I agree that any changes to the Surrogacy Act in any state need to be carefully considered and discussed prior to the legislation being changed. But that is a completely separate issue and is not at all associated with any changes made to legislation pertaining to marriage.

Another issue regarding children that has been made, is that marriage is an institute, created for the purpose of creating a family – for procreation. Therefore, gay marriage does not fit this, given that gay couples cannot reproduce without aid. However, by this logic, any couple that enters into marriage without the intention or ability of reproducing, also does not fit – my marriage included. Is my heterosexual marriage now invalid? Of course not. Marriage, according to law in Australia, is the union of a man and a woman to the exclusion of all others, voluntarily entered into for life. It is not dependant on any requirement that children become part of that union, in fact, even children are excluded from the union by definition. Marriage is a relationship status under the law, between two people only, and the exclusion of individuals to this status based on sexual orientation, is discriminatory.

Some religious groups have raised the concern that legalising gay marriage will take marriage as a religious concept, away from the church.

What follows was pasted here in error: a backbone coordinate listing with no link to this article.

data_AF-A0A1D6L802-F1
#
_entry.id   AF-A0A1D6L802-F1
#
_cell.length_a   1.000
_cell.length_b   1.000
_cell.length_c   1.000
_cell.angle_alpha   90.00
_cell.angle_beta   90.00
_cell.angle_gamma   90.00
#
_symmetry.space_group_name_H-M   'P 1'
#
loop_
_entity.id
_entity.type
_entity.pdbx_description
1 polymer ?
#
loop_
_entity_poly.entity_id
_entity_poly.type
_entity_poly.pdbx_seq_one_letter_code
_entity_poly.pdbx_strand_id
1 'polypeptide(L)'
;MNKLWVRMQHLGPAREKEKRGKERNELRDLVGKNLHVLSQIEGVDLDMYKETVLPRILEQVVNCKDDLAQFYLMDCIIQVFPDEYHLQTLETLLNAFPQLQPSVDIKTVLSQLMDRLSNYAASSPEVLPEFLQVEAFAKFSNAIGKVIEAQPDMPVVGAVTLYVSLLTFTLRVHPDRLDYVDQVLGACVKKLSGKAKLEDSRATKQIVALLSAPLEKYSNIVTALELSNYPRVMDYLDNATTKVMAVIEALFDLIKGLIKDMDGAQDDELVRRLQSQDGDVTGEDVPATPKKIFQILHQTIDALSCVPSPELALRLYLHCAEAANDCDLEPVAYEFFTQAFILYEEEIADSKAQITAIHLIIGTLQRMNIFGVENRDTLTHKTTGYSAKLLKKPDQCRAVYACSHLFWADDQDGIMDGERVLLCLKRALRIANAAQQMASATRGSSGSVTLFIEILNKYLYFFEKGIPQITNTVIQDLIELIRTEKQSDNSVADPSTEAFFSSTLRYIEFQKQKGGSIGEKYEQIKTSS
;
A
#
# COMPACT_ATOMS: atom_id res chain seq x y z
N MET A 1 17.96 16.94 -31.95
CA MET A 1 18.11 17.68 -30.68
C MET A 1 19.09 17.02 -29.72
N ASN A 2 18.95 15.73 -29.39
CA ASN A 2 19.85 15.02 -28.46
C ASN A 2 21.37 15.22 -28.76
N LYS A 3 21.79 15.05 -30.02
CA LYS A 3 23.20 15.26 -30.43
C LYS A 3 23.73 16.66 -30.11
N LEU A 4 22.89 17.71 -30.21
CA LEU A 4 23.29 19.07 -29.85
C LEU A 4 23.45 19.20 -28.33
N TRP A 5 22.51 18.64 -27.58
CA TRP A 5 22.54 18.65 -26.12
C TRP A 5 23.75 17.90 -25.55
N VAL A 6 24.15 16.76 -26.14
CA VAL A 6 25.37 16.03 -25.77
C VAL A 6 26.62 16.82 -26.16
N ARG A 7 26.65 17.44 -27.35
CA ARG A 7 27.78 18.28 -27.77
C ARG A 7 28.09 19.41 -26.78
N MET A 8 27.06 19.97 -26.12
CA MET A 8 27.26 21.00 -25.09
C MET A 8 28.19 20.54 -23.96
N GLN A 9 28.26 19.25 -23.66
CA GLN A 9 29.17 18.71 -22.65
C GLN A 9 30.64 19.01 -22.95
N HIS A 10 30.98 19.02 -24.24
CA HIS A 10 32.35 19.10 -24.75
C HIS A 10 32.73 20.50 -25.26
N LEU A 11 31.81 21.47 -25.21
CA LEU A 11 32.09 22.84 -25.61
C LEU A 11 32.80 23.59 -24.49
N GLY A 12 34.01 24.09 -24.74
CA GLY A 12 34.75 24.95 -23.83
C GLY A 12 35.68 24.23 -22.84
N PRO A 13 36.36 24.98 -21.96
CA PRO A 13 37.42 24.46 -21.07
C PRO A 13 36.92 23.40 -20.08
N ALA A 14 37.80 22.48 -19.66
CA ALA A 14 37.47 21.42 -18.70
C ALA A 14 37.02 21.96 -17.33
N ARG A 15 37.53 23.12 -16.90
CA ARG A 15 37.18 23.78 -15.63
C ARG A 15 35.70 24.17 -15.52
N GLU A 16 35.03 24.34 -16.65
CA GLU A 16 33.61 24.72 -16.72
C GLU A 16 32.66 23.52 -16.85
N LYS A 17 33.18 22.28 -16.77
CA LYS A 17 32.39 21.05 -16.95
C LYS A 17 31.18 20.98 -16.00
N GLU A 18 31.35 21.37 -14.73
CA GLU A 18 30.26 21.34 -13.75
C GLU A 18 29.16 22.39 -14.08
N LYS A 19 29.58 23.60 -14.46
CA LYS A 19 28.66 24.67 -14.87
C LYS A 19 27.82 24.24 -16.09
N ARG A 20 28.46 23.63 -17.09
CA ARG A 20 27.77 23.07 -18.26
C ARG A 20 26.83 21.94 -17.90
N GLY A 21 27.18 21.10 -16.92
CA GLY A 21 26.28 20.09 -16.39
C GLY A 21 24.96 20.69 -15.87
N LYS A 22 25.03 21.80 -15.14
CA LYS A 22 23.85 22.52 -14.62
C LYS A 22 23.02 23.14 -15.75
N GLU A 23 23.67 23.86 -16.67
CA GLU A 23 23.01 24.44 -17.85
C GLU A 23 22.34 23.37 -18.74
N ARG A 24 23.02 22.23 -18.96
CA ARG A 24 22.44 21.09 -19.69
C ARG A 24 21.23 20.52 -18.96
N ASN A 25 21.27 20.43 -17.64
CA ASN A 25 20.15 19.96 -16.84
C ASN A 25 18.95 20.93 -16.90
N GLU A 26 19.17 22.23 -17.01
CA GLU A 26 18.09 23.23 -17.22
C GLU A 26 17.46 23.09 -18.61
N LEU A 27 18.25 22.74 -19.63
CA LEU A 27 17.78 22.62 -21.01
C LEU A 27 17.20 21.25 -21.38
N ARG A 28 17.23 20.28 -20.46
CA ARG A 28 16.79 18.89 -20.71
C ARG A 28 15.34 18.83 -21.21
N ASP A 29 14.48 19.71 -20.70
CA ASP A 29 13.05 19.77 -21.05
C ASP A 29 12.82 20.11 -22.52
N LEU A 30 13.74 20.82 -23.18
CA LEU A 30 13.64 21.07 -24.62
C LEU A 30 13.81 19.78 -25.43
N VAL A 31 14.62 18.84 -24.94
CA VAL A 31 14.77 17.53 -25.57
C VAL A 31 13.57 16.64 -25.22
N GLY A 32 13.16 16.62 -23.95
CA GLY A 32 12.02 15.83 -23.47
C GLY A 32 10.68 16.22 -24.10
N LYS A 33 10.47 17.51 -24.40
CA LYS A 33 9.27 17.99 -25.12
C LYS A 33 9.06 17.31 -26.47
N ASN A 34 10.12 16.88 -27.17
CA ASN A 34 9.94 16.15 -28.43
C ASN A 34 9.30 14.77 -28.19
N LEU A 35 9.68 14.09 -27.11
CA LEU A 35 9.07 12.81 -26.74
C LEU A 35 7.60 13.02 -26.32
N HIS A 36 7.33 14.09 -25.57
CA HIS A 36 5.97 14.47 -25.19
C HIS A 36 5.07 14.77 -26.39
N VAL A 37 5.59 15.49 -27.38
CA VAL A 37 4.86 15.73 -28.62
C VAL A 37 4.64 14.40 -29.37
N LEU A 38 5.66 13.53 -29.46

However marriage has already been separated from the church. Non-religious couples are able to opt to use a celebrant, and have no religious aspects included in their marriage ceremony. Couples are able to attend the registry office and legally become married without any involvement or association with the church. Introducing marriage equality does not impact this pre-existing situation at all. Further to this, Section 116 of the Australian Constitution specifies that the Commonwealth shall not make any law for establishing any religion, or for imposing any religious observance, or for prohibiting the free exercise of any religion, and no religious test shall be required as a qualification for any office or public trust under the Commonwealth. Therefore, not only is marriage, as a legal union, already separated from the church, it is unconstitutional for religious reasons to be used to impose specific requirements in legislation.

Further to this, I would like to draw attention to the lack of reference to the issue of homosexuality in the New Testament. There are verses that may relate to the issue; however, have also been interpreted as referring to prostitution and pederasty, rather than a loving relationship between two people. However, if you are looking for ‘love’? You’ll find it referenced over 250 times. Given this, even if religious observance was able to be imposed through legislation, it would be difficult to suggest that Christianity (which is grounded in Jesus’ teachings) does, without any chance of doubt, have an opposition.